“They’ve had to fight against assumptions of how a woman should live her life. Even now we are still fighting,” she says. “Women’s fiction is important, as each story shows us that women don’t have to fit a certain mould. I wouldn’t be a writer if it wasn’t for the women’s fiction I read growing up that convinced me that our voices are necessary and needed.”

Author Milly Johnson

Author Milly Johnson

Milly Johnson

Some of the assumptions about what women like to read, and what they like to write, revolve around a certain degree of misogyny and snobbery. Milly Johnson, author of Together Again and The Happiest Ever After among a wealth of others, agrees that – despite what the industry will sometimes present – women do not write lesser books.

“Our books are every bit as intricate and deftly plotted as crime novels, every bit as crafted as literary novels. We should be standing shoulder to shoulder with books in other genres, not hanging behind.”

It’s incredibly important that stories written by women and about women are regarded on the same level as those written by men. It’s not just about having books that relate specifically to experiences unique to women, it’s also about finding relief from a reality that can often feel bleak.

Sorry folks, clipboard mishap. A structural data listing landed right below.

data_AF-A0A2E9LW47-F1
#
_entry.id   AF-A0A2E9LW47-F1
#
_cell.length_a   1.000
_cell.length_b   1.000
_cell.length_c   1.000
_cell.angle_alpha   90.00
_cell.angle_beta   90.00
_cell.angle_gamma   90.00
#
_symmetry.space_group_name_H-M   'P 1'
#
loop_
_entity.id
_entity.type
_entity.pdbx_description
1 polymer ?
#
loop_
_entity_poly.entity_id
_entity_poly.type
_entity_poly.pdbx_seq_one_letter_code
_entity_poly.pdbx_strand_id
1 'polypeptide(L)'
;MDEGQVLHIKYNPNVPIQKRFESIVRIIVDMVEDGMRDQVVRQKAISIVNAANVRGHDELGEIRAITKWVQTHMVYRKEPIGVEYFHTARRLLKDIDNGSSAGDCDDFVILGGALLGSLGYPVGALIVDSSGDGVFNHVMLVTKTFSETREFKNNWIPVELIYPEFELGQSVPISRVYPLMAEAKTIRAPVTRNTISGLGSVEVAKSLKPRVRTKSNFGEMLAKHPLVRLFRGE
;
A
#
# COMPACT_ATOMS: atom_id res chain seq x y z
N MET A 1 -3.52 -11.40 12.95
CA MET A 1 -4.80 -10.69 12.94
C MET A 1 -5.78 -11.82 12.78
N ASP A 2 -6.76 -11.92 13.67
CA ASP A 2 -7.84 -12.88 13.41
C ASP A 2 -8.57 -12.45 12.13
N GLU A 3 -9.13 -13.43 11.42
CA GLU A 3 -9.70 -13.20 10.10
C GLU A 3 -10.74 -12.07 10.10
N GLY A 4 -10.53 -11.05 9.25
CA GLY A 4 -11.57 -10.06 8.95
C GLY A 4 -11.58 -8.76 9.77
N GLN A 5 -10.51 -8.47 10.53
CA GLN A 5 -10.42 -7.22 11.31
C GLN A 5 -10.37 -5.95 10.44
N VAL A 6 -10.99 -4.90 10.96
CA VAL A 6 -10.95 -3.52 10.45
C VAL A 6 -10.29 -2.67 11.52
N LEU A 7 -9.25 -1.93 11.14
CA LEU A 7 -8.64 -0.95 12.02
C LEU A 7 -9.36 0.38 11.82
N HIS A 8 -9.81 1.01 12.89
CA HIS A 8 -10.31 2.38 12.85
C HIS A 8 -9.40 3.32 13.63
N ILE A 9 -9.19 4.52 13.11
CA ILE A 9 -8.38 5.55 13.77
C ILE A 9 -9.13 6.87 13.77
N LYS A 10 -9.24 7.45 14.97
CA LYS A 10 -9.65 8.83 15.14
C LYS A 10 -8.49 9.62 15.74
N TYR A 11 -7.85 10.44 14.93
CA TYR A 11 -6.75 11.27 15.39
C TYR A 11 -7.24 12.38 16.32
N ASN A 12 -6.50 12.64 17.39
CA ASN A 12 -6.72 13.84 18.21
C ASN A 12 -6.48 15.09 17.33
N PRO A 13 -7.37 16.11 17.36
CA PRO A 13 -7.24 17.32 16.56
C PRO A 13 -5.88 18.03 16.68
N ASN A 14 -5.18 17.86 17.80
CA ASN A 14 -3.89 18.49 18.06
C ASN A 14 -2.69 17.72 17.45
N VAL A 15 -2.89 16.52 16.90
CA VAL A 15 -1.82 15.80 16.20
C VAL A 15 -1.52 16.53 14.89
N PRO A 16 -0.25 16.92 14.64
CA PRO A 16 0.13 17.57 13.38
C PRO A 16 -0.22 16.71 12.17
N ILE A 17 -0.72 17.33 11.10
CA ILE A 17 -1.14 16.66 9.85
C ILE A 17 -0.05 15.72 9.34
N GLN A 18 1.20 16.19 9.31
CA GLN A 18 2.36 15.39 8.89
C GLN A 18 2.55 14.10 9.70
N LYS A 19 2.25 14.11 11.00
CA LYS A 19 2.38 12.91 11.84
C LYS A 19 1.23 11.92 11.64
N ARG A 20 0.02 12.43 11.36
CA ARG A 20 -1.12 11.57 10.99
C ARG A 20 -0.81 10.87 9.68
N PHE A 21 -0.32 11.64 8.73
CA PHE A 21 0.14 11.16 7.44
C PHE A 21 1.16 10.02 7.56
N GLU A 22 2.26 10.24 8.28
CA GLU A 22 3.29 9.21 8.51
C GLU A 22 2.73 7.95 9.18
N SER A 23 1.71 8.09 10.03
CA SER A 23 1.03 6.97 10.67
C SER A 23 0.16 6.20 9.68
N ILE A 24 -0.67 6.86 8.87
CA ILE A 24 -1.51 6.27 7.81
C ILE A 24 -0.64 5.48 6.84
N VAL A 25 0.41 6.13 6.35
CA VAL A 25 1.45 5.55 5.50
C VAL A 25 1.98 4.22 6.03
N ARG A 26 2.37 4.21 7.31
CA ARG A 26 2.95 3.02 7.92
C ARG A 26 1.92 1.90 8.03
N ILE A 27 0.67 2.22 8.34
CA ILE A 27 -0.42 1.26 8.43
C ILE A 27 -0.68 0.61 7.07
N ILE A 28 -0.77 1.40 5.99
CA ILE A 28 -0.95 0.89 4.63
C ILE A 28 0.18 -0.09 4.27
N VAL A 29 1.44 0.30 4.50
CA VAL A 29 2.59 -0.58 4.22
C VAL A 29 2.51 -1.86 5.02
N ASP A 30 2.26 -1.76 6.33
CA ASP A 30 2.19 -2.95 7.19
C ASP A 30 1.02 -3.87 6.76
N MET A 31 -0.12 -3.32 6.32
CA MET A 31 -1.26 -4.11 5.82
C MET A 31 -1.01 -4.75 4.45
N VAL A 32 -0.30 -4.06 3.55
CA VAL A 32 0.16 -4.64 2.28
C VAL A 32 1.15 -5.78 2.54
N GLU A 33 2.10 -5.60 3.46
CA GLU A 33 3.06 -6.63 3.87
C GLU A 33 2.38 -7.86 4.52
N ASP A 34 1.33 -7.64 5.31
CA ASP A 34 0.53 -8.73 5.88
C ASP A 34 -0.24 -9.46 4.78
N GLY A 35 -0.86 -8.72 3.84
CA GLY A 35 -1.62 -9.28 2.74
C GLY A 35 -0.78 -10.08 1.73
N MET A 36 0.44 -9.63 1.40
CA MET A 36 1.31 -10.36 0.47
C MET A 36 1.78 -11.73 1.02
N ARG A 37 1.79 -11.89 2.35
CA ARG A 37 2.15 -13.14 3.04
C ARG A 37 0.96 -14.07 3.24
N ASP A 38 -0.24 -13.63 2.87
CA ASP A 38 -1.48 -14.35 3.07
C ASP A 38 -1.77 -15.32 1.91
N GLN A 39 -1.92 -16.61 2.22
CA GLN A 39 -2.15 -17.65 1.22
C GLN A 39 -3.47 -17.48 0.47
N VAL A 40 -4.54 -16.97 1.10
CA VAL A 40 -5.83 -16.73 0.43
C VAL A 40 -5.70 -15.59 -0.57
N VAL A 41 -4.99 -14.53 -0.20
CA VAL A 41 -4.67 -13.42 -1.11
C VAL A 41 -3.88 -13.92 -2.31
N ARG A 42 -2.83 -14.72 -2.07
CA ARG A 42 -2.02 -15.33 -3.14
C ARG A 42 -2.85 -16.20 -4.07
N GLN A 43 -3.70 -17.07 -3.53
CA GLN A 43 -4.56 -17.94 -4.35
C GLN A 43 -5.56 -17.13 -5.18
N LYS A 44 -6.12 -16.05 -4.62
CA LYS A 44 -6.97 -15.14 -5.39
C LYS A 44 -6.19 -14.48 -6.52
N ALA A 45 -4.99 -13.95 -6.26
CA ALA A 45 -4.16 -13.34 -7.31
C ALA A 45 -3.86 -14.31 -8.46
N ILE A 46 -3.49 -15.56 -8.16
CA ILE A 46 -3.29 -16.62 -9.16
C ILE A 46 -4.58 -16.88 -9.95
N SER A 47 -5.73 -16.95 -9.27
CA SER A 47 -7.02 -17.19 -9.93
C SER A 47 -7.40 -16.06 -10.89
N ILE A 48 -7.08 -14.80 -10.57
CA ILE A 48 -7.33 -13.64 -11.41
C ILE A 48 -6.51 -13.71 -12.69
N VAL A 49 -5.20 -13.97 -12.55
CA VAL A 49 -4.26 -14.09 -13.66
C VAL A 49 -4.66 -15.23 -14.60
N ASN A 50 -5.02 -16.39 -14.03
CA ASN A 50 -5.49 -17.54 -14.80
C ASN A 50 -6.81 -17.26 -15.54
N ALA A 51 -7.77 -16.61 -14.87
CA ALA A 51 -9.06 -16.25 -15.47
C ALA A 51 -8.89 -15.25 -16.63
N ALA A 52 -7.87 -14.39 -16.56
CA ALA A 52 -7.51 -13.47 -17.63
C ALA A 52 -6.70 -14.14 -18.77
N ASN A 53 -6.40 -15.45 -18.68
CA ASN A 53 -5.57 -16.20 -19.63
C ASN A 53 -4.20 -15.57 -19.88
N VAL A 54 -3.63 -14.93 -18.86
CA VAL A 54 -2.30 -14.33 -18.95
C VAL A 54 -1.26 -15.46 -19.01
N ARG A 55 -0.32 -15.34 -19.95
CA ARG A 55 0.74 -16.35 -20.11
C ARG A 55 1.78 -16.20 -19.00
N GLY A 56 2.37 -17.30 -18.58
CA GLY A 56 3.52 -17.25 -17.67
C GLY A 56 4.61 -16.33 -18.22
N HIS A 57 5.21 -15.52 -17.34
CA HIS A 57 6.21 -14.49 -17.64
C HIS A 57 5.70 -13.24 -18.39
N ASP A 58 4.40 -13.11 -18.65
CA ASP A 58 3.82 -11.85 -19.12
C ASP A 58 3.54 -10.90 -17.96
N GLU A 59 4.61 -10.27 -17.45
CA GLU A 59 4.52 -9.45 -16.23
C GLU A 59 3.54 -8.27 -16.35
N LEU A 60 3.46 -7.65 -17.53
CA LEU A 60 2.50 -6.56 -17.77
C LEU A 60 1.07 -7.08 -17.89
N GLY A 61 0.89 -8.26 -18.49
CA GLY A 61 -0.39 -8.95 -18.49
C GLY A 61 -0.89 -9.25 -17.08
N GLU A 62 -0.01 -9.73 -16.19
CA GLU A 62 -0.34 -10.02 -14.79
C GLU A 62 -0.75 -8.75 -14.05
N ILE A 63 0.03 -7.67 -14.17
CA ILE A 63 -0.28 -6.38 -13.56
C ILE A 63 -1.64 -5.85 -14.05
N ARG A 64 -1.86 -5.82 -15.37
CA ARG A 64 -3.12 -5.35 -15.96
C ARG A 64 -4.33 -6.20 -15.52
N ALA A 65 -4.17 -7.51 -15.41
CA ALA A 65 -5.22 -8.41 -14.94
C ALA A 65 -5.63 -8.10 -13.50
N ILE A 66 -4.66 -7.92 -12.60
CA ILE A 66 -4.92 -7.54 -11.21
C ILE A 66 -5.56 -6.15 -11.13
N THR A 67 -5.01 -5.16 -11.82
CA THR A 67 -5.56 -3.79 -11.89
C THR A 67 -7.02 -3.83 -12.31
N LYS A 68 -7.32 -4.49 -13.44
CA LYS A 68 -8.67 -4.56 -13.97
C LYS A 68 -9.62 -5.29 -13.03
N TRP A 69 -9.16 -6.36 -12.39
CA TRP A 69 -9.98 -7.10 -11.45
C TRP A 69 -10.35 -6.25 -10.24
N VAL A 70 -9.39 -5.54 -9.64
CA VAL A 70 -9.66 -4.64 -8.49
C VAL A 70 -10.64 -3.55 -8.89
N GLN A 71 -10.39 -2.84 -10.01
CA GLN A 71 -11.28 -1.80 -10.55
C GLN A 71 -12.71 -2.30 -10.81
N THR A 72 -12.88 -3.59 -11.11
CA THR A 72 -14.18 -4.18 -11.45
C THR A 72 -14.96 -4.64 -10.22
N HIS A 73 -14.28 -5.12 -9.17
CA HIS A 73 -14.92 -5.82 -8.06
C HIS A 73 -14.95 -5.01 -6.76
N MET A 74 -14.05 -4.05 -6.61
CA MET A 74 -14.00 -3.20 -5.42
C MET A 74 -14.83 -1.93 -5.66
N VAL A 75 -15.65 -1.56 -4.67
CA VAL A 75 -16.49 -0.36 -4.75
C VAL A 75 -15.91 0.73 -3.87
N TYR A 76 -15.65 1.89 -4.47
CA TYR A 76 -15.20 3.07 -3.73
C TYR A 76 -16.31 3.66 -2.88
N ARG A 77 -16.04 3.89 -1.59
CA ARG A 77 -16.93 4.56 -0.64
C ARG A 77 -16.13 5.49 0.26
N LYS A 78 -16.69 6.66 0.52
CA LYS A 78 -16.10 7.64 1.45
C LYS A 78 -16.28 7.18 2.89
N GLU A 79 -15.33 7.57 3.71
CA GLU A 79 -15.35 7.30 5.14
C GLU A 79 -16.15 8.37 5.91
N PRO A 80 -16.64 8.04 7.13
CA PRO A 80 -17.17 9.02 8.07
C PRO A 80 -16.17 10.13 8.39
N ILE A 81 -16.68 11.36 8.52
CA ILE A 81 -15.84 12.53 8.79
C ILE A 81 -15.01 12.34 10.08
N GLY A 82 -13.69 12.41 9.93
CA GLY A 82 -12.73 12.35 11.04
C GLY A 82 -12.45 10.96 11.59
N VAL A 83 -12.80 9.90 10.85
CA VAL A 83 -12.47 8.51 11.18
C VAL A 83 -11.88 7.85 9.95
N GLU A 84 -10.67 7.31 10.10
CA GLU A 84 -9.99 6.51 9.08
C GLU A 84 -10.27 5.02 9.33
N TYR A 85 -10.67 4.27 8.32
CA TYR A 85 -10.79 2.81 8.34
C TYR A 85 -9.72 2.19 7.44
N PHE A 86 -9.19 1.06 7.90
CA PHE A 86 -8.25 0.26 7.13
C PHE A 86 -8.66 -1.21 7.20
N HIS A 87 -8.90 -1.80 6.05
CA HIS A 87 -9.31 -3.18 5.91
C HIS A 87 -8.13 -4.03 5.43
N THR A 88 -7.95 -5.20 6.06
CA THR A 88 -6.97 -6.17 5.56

“Women’s fiction has always been important,” says Sara-Jade. “But following the pandemic, lockdowns, the cost-of-living crisis, the political landscape, the war in Ukraine, and ongoing global warming fears, I think it’s the genuine escape these novels offer us, without leaving our own sofa, that’s proving more important than ever before.

Readers want to feel uplifted and whether it’s a romance, or a love between family, friends or community, women’s fiction is proving a salvation and a balm to the troubles around us.

Meet Your Favourite Authors

Something further the festival aims to encourage is for women to come together in their love for literature, meet their favourite authors and learn about new ones.

“The best way to champion women’s fiction is by opening the door to others,” says Stacey. “I wouldn’t be a published author if it wasn’t for Clare Mackintosh mentoring me and awarding me a scholarship to study at Curtis Brown Creative. Now that I’m published, I’ve been paying it forward by sharing my experiences with aspiring writers.”

Meeting like-minded people can have an important effect on both readers and writers of women’s literature. When a writer can put down what you’re feeling or experiencing, worried about or celebrating, the joy in being seen and understood is a universal one.

“My favourite thing about women’s fiction is how it is loved by our readers who write to tell us how our stories have affected their lives,” says Milly. “They have taken guidance from the strong women we write about, and our writing has inspired them to start businesses, leave dysfunctional relationships, find respite from troubles, make changes that give them a better quality of life. That’s pretty potent stuff.”

For more details

Edinburgh Women’s Fiction Festival, October 6-7 2023, edwomensficfest.co.uk.